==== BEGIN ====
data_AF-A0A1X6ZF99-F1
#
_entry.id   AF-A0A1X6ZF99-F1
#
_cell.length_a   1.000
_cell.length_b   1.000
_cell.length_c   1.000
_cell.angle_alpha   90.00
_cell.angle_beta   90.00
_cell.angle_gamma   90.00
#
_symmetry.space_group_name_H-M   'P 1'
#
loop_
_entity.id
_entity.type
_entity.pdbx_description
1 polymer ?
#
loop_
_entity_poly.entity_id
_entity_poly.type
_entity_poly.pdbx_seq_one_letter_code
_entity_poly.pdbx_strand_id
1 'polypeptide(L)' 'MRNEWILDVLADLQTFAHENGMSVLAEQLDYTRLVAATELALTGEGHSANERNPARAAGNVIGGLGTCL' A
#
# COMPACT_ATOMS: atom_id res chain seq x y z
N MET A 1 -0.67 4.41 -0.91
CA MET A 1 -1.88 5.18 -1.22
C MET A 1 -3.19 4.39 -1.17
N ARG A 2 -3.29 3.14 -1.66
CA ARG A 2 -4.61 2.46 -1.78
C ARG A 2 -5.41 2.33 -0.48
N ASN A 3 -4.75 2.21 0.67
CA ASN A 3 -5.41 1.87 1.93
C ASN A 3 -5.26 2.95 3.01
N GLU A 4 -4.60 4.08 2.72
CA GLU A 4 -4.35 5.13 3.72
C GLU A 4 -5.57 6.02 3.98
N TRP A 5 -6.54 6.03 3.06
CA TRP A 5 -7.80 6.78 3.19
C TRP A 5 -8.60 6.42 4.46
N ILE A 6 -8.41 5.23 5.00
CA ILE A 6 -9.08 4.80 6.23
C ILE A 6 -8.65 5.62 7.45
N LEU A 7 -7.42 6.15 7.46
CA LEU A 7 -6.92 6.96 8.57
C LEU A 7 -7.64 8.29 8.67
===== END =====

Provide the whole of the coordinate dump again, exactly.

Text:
data_AF-A0A1X6ZF99-F1
#
_entry.id   AF-A0A1X6ZF99-F1
#
_cell.length_a   1.000
_cell.length_b   1.000
_cell.length_c   1.000
_cell.angle_alpha   90.00
_cell.angle_beta   90.00
_cell.angle_gamma   90.00
#
_symmetry.space_group_name_H-M   'P 1'
#
loop_
_entity.id
_entity.type
_entity.pdbx_description
1 polymer ?
#
loop_
_entity_poly.entity_id
_entity_poly.type
_entity_poly.pdbx_seq_one_letter_code
_entity_poly.pdbx_strand_id
1 'polypeptide(L)' 'MRNEWILDVLADLQTFAHENGMSVLAEQLDYTRLVAATELALTGEGHSANERNPARAAGNVIGGLGTCL' A
#
# COMPACT_ATOMS: atom_id res chain seq x y z
N MET A 1 -0.67 4.41 -0.91
CA MET A 1 -1.88 5.18 -1.22
C MET A 1 -3.19 4.39 -1.17
N ARG A 2 -3.29 3.14 -1.66
CA ARG A 2 -4.61 2.46 -1.78
C ARG A 2 -5.41 2.33 -0.48
N ASN A 3 -4.75 2.21 0.67
CA ASN A 3 -5.41 1.87 1.93
C ASN A 3 -5.26 2.95 3.01
N GLU A 4 -4.60 4.08 2.72
CA GLU A 4 -4.35 5.13 3.72
C GLU A 4 -5.57 6.02 3.98
N TRP A 5 -6.54 6.03 3.06
CA TRP A 5 -7.80 6.78 3.19
C TRP A 5 -8.60 6.42 4.46
N ILE A 6 -8.41 5.23 5.00
CA ILE A 6 -9.08 4.80 6.23
C ILE A 6 -8.65 5.62 7.45
N LEU A 7 -7.42 6.15 7.46
CA LEU A 7 -6.92 6.96 8.57
C LEU A 7 -7.64 8.29 8.67